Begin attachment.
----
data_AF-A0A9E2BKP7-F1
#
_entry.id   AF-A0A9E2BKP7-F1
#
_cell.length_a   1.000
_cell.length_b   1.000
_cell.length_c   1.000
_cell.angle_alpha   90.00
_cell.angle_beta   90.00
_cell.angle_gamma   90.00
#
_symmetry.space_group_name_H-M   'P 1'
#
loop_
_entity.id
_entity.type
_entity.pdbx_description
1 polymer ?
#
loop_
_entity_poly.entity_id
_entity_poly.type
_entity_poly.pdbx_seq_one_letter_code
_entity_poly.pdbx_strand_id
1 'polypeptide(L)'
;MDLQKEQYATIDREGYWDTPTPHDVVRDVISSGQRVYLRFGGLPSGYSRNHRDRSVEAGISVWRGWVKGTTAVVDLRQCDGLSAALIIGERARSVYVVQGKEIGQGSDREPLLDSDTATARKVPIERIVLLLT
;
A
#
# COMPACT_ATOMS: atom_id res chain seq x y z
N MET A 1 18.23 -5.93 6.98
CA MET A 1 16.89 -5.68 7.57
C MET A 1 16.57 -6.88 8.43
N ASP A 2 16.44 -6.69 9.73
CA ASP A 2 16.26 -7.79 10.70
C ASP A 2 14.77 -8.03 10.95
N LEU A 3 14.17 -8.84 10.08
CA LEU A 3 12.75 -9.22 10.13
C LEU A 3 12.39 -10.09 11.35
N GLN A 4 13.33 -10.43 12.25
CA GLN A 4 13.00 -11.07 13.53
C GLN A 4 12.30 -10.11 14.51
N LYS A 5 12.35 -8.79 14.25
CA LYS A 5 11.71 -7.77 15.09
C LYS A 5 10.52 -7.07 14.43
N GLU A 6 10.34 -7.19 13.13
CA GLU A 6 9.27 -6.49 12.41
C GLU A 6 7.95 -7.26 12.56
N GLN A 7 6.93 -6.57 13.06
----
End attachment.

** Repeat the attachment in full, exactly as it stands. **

data_AF-A0A9E2BKP7-F1
#
_entry.id   AF-A0A9E2BKP7-F1
#
_cell.length_a   1.000
_cell.length_b   1.000
_cell.length_c   1.000
_cell.angle_alpha   90.00
_cell.angle_beta   90.00
_cell.angle_gamma   90.00
#
_symmetry.space_group_name_H-M   'P 1'
#
loop_
_entity.id
_entity.type
_entity.pdbx_description
1 polymer ?
#
loop_
_entity_poly.entity_id
_entity_poly.type
_entity_poly.pdbx_seq_one_letter_code
_entity_poly.pdbx_strand_id
1 'polypeptide(L)'
;MDLQKEQYATIDREGYWDTPTPHDVVRDVISSGQRVYLRFGGLPSGYSRNHRDRSVEAGISVWRGWVKGTTAVVDLRQCDGLSAALIIGERARSVYVVQGKEIGQGSDREPLLDSDTATARKVPIERIVLLLT
;
A
#
# COMPACT_ATOMS: atom_id res chain seq x y z
N MET A 1 18.23 -5.93 6.98
CA MET A 1 16.89 -5.68 7.57
C MET A 1 16.57 -6.88 8.43
N ASP A 2 16.44 -6.69 9.73
CA ASP A 2 16.26 -7.79 10.70
C ASP A 2 14.77 -8.03 10.95
N LEU A 3 14.17 -8.84 10.08
CA LEU A 3 12.75 -9.22 10.13
C LEU A 3 12.39 -10.09 11.35
N GLN A 4 13.33 -10.43 12.25
CA GLN A 4 13.00 -11.07 13.53
C GLN A 4 12.30 -10.11 14.51
N LYS A 5 12.35 -8.79 14.25
CA LYS A 5 11.71 -7.77 15.09
C LYS A 5 10.52 -7.07 14.43
N GLU A 6 10.34 -7.19 13.13
CA GLU A 6 9.27 -6.49 12.41
C GLU A 6 7.95 -7.26 12.56
N GLN A 7 6.93 -6.57 13.06